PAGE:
Threat Level: green Handler on Duty: Didier Stevens

SANS ISC: InfoSec Handlers Diary Blog InfoSec Handlers Diary Blog


Sign Up for Free!   Forgot Password?
Log In or Sign Up for Free!

Code & Data Reuse in the Malware Ecosystem

Published: 2019-12-12
Last Updated: 2019-12-12 07:47:00 UTC
by Xavier Mertens (Version: 1)
0 comment(s)

In the past, I already had the opportunity to give some "security awareness" sessions to developers. One topic that was always debated is the reuse of existing code. Indeed, for a developer, it's tempting to not reinvent the wheel when somebody already wrote a piece of code that achieves the expected results. From a gain of time perspective, it's a win for the developers who can focus on other code. Of course, this can have side effects and introduce bugs, backdoors, etc... but it's not today's topic. Malware developers are also developers and have the same behavior. Code reuse has been already discussed several times[1]. For example, tools exist to detect cloned or reused code in the IDA disassembler[2][3].

A Trendmicro report demonstrated that different malware families (URSNIF, EMOTET, DRIDEX, and BitPaymer) have code similarities[4].

But, code or data reuse is present everywhere, even in simple macro languages. Yesterday, I found an interesting sample that contained a function to kill AV and other security products. To achieve this, the best approach is to have a list of potential process names, search for them and try to kill the process:

a2adguard.exe
a2adwizard.exe
a2antidialer.exe
a2cfg.exe
a2cmd.exe
a2free.exe
a2guard.exe
a2hijackfree.exe
a2scan.exe
a2service.exe
a2start.exe
a2sys.exe
a2upd.exe
aavgapi.exe
aawservice.exe
aawtray.exe
ad-aware.exe
ad-watch.exe
[...]

The complete list contained 233 items! On Twitter, one of my followers pointed me to a GitHub page that had a file containing exactly... 233 items! I searched for more references and found other ones which also contained the same list:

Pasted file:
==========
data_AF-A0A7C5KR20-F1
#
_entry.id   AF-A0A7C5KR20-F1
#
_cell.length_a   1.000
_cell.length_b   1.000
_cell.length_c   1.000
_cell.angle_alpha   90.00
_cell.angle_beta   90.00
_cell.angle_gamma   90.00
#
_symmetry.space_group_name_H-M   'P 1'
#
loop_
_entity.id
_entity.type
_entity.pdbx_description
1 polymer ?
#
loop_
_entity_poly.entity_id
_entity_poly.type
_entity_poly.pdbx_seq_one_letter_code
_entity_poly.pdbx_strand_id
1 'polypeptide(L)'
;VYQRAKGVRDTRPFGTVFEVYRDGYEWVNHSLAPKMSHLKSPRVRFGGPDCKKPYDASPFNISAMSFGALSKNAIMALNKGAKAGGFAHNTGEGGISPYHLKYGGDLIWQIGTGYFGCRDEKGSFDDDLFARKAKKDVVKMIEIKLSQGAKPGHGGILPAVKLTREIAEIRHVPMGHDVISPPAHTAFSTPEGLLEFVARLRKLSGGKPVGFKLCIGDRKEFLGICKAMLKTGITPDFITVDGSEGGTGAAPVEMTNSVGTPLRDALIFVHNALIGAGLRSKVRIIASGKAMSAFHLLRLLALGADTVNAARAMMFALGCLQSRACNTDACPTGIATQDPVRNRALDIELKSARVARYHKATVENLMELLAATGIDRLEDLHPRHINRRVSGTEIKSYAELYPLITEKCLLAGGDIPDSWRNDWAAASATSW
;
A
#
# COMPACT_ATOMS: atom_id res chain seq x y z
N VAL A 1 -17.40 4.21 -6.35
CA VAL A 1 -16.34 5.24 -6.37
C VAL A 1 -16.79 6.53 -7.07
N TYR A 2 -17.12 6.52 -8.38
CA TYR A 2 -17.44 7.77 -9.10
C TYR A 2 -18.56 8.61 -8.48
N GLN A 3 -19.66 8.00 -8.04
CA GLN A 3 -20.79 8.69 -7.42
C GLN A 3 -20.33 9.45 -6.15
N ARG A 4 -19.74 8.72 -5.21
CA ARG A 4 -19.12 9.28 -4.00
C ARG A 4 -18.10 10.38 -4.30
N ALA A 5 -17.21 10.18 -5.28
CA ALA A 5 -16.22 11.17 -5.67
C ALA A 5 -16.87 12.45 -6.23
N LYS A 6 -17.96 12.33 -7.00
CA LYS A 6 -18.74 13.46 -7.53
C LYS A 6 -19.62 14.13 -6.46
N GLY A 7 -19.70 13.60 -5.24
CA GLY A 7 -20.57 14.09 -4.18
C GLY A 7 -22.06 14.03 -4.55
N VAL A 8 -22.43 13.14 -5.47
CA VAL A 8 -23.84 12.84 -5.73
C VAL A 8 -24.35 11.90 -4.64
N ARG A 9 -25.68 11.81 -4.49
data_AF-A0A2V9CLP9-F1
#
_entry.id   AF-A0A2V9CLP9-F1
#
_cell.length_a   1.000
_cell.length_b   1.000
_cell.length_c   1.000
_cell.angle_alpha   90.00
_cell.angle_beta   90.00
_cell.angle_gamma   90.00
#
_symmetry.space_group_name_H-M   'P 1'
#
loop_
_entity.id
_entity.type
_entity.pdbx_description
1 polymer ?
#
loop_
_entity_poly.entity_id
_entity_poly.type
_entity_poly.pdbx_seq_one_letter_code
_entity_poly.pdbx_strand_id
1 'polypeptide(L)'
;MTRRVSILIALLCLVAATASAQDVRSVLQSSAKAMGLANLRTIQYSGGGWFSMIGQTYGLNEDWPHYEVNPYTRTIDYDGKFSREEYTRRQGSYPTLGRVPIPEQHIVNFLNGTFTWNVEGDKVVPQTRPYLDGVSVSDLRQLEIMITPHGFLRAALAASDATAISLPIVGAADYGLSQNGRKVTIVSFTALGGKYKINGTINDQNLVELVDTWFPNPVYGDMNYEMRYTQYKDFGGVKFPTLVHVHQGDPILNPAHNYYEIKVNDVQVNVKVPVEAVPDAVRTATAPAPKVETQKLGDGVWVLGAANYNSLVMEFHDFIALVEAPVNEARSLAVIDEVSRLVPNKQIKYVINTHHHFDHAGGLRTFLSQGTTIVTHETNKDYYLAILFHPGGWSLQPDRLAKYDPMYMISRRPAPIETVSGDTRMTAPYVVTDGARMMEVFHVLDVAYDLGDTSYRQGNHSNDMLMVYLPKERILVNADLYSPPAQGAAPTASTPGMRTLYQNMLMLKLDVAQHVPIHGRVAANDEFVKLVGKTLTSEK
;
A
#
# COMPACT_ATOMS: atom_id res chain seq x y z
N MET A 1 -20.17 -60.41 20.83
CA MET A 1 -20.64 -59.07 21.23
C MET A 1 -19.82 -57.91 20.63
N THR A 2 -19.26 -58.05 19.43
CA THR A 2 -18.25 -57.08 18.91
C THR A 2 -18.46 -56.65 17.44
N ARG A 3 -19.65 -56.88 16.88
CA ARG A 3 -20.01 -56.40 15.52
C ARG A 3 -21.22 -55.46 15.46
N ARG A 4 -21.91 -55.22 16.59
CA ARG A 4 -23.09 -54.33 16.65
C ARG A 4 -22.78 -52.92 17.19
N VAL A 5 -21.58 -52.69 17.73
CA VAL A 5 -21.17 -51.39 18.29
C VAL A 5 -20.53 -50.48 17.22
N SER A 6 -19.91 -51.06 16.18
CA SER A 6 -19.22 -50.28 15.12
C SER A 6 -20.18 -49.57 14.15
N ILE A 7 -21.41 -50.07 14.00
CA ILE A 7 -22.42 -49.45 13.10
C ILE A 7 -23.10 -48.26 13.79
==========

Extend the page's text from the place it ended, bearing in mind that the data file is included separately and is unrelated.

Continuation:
• Reverse Shell Backdoor framework[5]
  • Dr0p1t framework[6]
  • Metasploit[7]

Why malware developers should take time to compile their own list of interesting processes while such lists are already publicly available? If you have written some code or compiled data like those and published them somewhere (for any valid reason - nothing malicious), they're chances that they will be found and (ab)used by attackers in their code!  The best example is Mimikatz that has been (and is still) used in many attacks. This is valid not only for pieces of code but also for any "data". Keep this in mind!

[1] https://www.first.org/resources/papers/london2019/1630-Code-Reuse-Analysis-Holtzman-.pdf
[2] https://github.com/BinSigma/BinClone
[3] https://www.hex-rays.com/products/ida/tech/flirt/in_depth.shtml
[4] https://blog.trendmicro.com/trendlabs-security-intelligence/ursnif-emotet-dridex-and-bitpaymer-gangs-linked-by-a-similar-loader/
[5] https://github.com/tarcisio-marinho/RSB-Framework/blob/master/Python/victim/av.txt
[6] https://github.com/D4Vinci/Dr0p1t-Framework/blob/master/resources/killav.py
[7] https://github.com/rapid7/metasploit-framework/blob/master/scripts/meterpreter/getcountermeasure.rb

Xavier Mertens (@xme)
Senior ISC Handler - Freelance Cyber Security Consultant
PGP Key

0 comment(s)
Diary Archives